By Keith Laing - 05/13/11 09:46 PM EDT
Aviation Subcommittee Chairman Tom PetriTom PetriDem bill would make student loan payments contingent on income Black box to combat medical malpractice Two lawmakers faulted, two cleared in House Ethics probes MORE (R-Wis.) agreed.
"Introduction of this extension is simply a prudent precaution while we continue work to approve an urgently needed full FAA reauthorization," Petri said. "This doesn’t change the fact that we need a reauthorization of the FAA to get through Congress if we are to continue making progress in modernizing our system and utilizing new technologies.”
Longer-term bills have passed both the House and Senate, but inter-chamber negotiations have been consumed by a labor provision that overwhelmed debate on the underlying bill - and drew a veto threat from President Obama.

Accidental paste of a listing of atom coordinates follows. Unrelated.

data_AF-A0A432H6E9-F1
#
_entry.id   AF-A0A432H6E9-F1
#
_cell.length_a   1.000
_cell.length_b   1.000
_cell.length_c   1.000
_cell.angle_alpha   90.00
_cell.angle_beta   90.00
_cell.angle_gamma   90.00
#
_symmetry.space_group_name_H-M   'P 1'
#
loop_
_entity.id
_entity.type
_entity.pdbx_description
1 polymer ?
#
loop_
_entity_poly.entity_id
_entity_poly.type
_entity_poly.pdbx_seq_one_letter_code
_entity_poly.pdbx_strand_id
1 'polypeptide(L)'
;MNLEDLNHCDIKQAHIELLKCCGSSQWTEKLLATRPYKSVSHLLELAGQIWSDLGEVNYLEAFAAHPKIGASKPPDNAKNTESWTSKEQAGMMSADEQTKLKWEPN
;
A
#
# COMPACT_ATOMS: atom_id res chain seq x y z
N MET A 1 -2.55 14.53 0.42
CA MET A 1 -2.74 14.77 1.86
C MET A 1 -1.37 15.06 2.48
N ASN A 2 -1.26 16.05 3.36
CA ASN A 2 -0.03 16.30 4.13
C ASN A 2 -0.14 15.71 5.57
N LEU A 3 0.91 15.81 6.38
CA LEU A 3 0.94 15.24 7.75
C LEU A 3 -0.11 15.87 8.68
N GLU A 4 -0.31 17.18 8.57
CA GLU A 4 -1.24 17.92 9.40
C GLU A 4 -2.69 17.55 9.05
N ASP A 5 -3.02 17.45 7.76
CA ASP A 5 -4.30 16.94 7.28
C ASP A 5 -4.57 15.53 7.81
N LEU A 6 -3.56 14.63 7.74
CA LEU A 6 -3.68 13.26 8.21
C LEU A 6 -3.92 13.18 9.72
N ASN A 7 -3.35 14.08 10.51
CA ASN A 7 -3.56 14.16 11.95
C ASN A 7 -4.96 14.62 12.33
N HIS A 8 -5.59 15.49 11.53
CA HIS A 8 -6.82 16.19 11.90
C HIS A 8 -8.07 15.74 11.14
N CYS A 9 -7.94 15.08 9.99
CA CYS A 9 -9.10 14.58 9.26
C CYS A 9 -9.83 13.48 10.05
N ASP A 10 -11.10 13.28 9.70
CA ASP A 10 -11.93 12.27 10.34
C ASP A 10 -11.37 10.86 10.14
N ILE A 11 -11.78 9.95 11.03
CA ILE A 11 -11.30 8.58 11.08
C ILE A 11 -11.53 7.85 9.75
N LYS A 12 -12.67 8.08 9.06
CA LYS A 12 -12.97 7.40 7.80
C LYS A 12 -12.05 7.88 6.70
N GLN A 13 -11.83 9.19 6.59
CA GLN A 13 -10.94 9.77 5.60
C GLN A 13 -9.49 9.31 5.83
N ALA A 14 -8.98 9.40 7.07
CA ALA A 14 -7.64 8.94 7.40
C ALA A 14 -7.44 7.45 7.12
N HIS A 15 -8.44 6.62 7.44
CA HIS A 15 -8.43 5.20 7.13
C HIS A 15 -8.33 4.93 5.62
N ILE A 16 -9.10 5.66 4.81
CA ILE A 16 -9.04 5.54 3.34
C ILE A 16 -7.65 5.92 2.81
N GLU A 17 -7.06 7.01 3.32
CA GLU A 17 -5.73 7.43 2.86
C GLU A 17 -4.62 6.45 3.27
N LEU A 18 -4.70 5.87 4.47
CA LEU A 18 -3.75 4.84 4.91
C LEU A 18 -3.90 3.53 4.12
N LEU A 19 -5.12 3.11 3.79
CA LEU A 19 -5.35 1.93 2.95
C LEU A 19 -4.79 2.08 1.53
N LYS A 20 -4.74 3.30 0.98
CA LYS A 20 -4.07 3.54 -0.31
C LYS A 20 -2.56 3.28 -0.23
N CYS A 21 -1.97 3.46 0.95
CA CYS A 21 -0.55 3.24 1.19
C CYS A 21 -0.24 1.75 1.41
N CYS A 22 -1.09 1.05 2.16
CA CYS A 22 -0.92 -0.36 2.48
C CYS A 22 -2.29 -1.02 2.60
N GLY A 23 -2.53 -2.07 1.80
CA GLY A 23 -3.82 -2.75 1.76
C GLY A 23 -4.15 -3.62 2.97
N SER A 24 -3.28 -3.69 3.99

At issue are rules adopted last year by the National Mediation Board that make it easier for workers to unionize.
Under the NMB’s rules, only votes in favor of or against forming a union count in an election — previously, employees who did not vote in a union election were counted as votes against forming a union. That created a much bigger hurdle for workers to organize.
The House version of the bill, which Obama opposes, would undo those rules.
Other difference between to the chamber's bills include the fact that the Senate only funds the FAA for the next two years. The Senate measure would appropriate $34.5 billion to the FAA. The four-year House measure would provide $59 billion over four years.
The House is not session next week, so the earliest the short term FAA bill could be voted on is May 23.